Think of Spencer Tracy and Katharine Hepburn together, and battle-of-the-sexes comic snap promptly springs to mind. Cherished by cinephiles for the warm and tart badinage of Woman of the Year, Adam’s Rib and Pat and Mike, their onscreen collaboration endured as an idealized opposites-attract romance that seemed made for the Hollywood factory of dreams. Just as their real-life relationship did not starve for tension, however, so did their cinematic pairings reveal shadow-sides beyond the sass of their beloved romps. The 1947 drama The Sea of Grass presents a marriage fraught with anxiety, while their 1967 swansong Guess Who’s Coming to Dinner can’t help but confront the very mortality of their bond. But it is 1942’s Keeper of the Flame, their second movie together, that offers the richest dark undercurrent in the Tracy-Hepburn canon.
The story opens with the nation in a sorrowing mood: Crowds gather in grief following the death of Robert Forrest: entrepreneur, founder of the patriotic “Forward America” movement, and all-around awe-inspiring icon. Recently returned from overseas, war correspondent Steven O’Malley (Tracy) heads over to the funeral to find swarms of reporters bumping against the gates of the secretive Forrest estate. He’s determined to write about “the real Robert Forrest,” but the official story given by the press secretary (Richard Whorf) is nothing more than a mélange of photograph albums and recorded speeches. Instead, O’Malley has his sights set on the man’s reclusive widow Christine (Hepburn), first seen gravely adorning her husband’s portrait with white flowers. (The glowering fellow in the painting, incidentally, suggests a James Bond villain far more than the “simple, homely, Lincoln-like quality” described by the secretary.)
Keeper of the Flame is structured like the protagonist’s dogged investigation, following O’Malley from character to character as he gleams curlicues of info regarding a man’s life. The resemblance to Citizen Kane is not lost on modern critics, and, like that Orson Welles thunderbolt, the film sports a noir palette. MGM was a studio that specialized in satin and pearls, but here that genteel grayness gets unsettled by swaths of escalating blackness. Credit the times: By 1942, the war that once seemed distant had struck frighteningly close to home and made fascism a palpable, looming menace. Early in the film, O’Malley runs into a fellow journalist (Audrey Christie) and the joy of reunion is undercut when she notices the heaviness in his eyes: “You’ve seen an awful lot over there, haven’t you?” The full extent of wartime horrors was still unknown, but the feeling of dismay was already crystalline.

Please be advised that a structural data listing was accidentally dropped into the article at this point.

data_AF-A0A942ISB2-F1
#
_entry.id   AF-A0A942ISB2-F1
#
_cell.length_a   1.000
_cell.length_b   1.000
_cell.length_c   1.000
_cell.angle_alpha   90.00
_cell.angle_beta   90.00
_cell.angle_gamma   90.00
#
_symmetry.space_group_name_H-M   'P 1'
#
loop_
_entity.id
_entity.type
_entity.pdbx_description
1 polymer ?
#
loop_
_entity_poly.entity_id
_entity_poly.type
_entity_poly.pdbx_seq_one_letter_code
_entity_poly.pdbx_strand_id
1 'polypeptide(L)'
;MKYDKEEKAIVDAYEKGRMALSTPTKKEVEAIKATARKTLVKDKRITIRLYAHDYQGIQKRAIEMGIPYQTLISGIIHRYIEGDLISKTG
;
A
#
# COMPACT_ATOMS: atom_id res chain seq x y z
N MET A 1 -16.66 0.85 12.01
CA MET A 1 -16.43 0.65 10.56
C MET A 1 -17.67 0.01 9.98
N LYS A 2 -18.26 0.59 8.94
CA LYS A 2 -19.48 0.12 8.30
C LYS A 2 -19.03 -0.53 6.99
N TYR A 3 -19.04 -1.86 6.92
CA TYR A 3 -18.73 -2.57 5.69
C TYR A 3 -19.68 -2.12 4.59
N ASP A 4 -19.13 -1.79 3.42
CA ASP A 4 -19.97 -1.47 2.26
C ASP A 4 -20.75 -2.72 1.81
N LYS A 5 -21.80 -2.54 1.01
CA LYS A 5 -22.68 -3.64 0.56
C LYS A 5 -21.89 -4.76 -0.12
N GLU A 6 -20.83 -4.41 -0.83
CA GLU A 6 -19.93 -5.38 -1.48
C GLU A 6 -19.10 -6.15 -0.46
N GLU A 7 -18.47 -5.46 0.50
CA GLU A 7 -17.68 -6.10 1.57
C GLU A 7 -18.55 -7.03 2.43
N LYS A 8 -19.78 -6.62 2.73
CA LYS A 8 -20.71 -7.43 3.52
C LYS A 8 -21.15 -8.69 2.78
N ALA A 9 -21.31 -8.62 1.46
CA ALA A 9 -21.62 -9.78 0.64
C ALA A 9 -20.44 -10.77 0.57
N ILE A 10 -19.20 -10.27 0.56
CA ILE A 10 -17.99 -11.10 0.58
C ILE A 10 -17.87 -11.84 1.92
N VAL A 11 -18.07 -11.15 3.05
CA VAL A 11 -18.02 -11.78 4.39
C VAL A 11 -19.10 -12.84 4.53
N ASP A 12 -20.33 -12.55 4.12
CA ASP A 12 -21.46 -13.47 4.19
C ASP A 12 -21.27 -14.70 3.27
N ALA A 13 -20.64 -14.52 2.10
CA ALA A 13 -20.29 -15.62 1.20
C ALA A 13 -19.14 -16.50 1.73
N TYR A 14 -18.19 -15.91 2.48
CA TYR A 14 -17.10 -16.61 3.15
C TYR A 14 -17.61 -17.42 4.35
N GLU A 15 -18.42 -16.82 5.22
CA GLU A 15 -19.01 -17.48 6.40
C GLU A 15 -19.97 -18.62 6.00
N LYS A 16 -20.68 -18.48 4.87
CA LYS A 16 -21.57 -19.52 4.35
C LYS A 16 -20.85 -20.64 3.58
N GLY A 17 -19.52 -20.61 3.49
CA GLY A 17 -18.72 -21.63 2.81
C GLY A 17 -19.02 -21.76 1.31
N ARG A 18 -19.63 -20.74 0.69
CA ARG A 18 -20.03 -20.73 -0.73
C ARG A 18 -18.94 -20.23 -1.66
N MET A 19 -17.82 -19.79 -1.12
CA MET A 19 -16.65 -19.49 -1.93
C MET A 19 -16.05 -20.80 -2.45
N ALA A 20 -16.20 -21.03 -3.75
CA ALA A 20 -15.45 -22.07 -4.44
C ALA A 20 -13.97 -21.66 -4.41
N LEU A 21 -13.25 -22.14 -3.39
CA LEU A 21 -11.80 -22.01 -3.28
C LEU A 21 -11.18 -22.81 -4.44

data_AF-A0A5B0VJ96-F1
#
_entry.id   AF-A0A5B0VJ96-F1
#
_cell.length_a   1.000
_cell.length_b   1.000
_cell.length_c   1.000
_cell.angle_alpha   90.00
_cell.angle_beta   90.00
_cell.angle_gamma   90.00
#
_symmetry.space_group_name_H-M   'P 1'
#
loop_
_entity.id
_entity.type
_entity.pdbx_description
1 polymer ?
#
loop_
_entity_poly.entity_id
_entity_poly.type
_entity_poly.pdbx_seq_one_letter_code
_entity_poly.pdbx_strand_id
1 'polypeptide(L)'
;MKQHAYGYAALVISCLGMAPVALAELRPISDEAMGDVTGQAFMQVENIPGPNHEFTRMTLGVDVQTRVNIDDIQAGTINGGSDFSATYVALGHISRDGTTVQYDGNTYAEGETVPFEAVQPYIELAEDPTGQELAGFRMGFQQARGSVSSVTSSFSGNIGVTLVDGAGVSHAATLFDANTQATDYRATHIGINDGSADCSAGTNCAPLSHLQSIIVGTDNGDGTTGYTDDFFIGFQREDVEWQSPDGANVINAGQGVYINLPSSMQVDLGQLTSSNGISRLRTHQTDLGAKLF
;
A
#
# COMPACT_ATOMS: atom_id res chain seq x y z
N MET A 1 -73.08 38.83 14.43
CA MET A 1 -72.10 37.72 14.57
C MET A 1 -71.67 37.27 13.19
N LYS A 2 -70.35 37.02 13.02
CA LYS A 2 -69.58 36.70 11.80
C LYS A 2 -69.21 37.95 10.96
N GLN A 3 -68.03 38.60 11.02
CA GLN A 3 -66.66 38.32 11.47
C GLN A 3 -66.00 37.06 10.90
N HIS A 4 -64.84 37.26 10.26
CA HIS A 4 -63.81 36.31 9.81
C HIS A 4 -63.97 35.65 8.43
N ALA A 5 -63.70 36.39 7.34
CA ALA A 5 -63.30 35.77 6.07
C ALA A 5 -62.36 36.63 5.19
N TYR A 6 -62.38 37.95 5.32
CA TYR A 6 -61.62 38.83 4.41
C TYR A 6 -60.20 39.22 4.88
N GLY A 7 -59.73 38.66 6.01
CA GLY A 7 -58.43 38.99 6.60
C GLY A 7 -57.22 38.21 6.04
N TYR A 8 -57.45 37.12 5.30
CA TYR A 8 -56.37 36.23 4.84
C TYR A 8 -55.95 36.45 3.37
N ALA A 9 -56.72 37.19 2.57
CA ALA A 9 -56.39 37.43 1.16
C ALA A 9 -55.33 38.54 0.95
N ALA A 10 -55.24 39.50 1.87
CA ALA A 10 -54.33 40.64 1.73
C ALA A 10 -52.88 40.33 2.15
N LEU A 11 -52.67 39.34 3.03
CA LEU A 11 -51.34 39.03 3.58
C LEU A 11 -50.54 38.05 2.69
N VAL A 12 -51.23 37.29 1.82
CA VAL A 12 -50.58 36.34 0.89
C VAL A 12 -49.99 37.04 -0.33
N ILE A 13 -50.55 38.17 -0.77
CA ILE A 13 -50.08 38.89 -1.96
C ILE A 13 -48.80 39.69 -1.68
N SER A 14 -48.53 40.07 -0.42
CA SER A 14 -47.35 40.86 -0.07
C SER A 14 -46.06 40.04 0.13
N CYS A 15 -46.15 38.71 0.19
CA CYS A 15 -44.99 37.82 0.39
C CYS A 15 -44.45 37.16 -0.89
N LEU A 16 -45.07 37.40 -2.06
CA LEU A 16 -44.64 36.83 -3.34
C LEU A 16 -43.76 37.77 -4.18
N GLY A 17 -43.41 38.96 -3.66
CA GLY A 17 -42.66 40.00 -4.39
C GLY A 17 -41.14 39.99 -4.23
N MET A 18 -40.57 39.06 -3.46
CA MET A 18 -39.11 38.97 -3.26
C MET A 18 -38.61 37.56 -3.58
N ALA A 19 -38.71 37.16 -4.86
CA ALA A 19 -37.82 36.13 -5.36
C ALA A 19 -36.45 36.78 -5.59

Without giving too much of the plot away, it’s safe to put the film alongside paranoid thrillers like Hitchcock’s Shadow of a Doubt or Welles’ The Stranger—wartime visions vibrating with the dread of infiltration. Still, Keeper of the Flame is most intriguing in how it relates less to a subgenre than to the themes that run through the career of its director, George Cukor. Cukor started out on the stage, and the sense of theatricality, of characters seeing the world as a proscenium where their inner personas are boisterously projected, never left him. Role-playing and deceit (along with self-deceit) abound in his films, from Hepburn posing in boyish drag in Sylvia Scarlett to Judy Garland rushing from one pantomime to another in the 1954 version of A Star Is Born. People often live in dreams, which of course means that the flipside nightmare is never far off. (Think of Charles Boyer’s sadistic machinations in Gaslight, or Ronald Coleman’s identity being finally devoured by the part he’s playing in A Double Life.)
There’s plenty of Cukor’s trademark liveliness in the film’s edges. His camera sprints in order to keep up with the snooping reporters in the early sequences, powered by the sarcastic banter between Tracy and Christie. And Cukor’s eye for both new and veteran talent makes for a savory supporting cast: There’s the husky young Forrest Tucker as a saturnine family member, Howard Da Silva’s balefulness as a cagey groundskeeper, future “Pa Kettle” Percy Kilbride as a sly taxi driver, and, best of all, Margaret Wycherly in one thunderous sequence as the dead man’s operatically doddering mother.
At the center, however, Keeper of the Flame remains a somber number, its view of idol-worship (embodied by everything from gushing PR campaigns to feverish “youth clubs”) cracked by suspicion. Once O’Malley ultimately discovers the secret about Forrest’s true intentions, the quintessentially American need for heroes is rattled to its foundations. The political murkiness of such a scenario might feel incongruous coming from Louis B. Mayer, who ran MGM like a well-oiled benevolence dispenser, but it fits ideally with Cukor’s fascination with conflicting inner and outer emotional spaces.
Though adapted by The Philadelphia Story screenwriter Donald Ogden Stewart, Keeper of the Flame has little use for romance. It’s not until nearly a third of it is over before Hepburn is introduced, and her character never really develops an amorous connection with Tracy’s sleuthing journalist. (In fact, Hepburn reportedly complained to Mayer about the story’s unrelenting seriousness.) The dearth of passionate chemistry might explain the film’s lowly status among Tracy-Hepburn buffs, yet the uneasy distance between O’Malley and Christine works effectively in this portrait of obscured facades and relationships tainted by mistrust. That Cukor would go on to direct them in both Adam’s Rib and Pat and Mike is less strange than it might at first seem—maybe it takes the man who saw the couple at their lightest to see them at their darkest.